8. 8. Figure 4.3 Comparison of three microscopes
  9. 9. 4.4 Prokaryotic cells evolved first <ul><li>Prokaryotic cells </li></ul><ul><ul><li>Lack a membrane-bound nucleus </li></ul></ul><ul><ul><li>Smaller than eukaryotic cells </li></ul></ul><ul><ul><li>Have a single chromosome, semifluid cytoplasm, and thousands of ribosomes </li></ul></ul>
  10. 10. Figure 4.4B Prokaryotic cell structure
  11. 11. Figure 4.4A Size comparison of a eukaryotic cell and a prokaryotic cell
  12. 12. Archaea and Bacteria <ul><li>Two domains of prokaryotic cells </li></ul><ul><li>Different nucleic acid bases </li></ul><ul><li>Bacteria cause many diseases, but are also important in the environment for recycling nutrients </li></ul>
  13. 13. 4.5 Eukaryotic cells contain specialized organelles: An overview <ul><li>Eukaryotic cells are third domain of cells </li></ul><ul><li>Cytoskeleton - protein fibers that maintain cell shape </li></ul><ul><li>Have membrane-bound nucleus and organelles </li></ul><ul><ul><li>Endomembrane system: endoplasmic reticulum, Golgi apparatus, and lysosomes </li></ul></ul><ul><ul><li>Energy-related organelles : mitochondria and chloroplasts </li></ul></ul>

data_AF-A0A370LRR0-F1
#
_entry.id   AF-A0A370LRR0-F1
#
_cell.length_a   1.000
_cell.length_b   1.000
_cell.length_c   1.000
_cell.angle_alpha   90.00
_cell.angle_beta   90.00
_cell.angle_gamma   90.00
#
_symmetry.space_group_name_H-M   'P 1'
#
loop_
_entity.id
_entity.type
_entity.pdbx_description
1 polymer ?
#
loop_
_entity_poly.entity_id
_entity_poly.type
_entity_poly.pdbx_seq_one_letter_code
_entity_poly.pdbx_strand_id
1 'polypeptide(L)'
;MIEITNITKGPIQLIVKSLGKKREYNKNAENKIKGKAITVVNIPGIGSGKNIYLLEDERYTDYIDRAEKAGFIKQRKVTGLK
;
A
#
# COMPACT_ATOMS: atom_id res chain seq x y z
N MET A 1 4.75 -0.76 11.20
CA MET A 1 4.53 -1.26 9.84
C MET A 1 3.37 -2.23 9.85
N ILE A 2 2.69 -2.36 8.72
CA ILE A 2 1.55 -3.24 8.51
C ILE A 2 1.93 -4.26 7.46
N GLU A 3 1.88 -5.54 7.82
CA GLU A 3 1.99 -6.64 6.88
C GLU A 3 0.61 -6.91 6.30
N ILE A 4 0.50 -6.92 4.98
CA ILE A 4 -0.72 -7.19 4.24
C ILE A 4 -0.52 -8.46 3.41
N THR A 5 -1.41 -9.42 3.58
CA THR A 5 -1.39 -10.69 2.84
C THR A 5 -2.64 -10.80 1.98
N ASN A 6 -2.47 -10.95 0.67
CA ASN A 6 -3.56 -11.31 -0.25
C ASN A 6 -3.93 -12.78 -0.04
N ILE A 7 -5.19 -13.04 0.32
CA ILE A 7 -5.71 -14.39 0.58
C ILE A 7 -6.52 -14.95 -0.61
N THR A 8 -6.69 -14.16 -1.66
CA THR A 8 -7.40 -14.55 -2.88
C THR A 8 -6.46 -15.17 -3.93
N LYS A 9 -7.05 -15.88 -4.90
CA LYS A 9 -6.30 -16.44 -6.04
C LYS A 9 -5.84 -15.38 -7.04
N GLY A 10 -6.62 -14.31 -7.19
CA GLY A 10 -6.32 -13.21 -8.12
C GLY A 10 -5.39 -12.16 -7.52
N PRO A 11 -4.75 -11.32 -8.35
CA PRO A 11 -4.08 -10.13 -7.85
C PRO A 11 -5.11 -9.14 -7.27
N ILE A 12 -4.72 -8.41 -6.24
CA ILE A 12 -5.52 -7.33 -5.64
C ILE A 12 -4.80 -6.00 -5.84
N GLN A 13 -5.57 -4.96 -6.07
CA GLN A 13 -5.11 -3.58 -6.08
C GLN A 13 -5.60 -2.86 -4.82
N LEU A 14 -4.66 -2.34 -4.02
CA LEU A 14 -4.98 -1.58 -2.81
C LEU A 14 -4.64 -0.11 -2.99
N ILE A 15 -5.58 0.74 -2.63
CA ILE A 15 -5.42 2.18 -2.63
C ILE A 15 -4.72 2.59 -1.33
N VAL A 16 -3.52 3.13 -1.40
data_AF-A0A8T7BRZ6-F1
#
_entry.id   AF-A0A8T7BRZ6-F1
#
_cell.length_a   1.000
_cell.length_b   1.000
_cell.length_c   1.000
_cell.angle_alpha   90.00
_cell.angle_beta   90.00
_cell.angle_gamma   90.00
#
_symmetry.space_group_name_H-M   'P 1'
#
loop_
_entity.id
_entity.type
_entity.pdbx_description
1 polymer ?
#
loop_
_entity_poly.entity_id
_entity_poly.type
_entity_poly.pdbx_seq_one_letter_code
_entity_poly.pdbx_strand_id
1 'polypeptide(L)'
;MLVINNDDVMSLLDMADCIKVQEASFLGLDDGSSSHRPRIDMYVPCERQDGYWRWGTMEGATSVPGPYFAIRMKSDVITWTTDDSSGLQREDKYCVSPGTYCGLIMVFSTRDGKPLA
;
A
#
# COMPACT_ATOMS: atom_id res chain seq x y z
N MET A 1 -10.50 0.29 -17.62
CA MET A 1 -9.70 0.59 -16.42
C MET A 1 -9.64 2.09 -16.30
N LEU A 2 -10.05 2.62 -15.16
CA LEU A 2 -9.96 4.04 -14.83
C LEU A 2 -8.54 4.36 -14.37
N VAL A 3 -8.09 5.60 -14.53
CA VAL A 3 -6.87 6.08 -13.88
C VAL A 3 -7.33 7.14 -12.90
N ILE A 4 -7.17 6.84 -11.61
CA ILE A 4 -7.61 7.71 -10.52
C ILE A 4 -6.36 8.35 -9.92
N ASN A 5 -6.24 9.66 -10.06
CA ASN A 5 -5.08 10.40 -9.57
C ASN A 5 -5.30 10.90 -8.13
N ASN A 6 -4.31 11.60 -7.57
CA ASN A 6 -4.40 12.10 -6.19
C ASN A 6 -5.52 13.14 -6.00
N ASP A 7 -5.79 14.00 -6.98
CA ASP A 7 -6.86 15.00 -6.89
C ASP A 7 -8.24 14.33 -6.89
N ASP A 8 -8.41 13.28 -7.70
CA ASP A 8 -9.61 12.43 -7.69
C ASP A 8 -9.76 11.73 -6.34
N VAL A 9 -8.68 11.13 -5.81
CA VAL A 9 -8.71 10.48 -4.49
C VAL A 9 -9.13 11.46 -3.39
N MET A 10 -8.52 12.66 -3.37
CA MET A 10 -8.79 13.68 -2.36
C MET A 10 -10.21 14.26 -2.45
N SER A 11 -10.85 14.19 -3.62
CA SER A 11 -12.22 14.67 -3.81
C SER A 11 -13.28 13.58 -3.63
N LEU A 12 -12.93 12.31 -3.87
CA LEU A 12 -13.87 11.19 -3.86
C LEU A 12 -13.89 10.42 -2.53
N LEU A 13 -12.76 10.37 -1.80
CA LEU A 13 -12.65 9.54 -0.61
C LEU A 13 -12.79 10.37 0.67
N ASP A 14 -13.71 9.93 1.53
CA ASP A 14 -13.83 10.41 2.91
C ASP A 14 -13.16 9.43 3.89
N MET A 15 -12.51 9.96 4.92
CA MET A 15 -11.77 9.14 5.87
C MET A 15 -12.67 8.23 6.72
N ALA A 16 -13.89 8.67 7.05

14. 14. Figure 4.5A Animal cell anatomy
  15. 15. Figure 4.5B Plant cell anatomy
  16. 16. Protein Synthesis Is a Major Function of Cells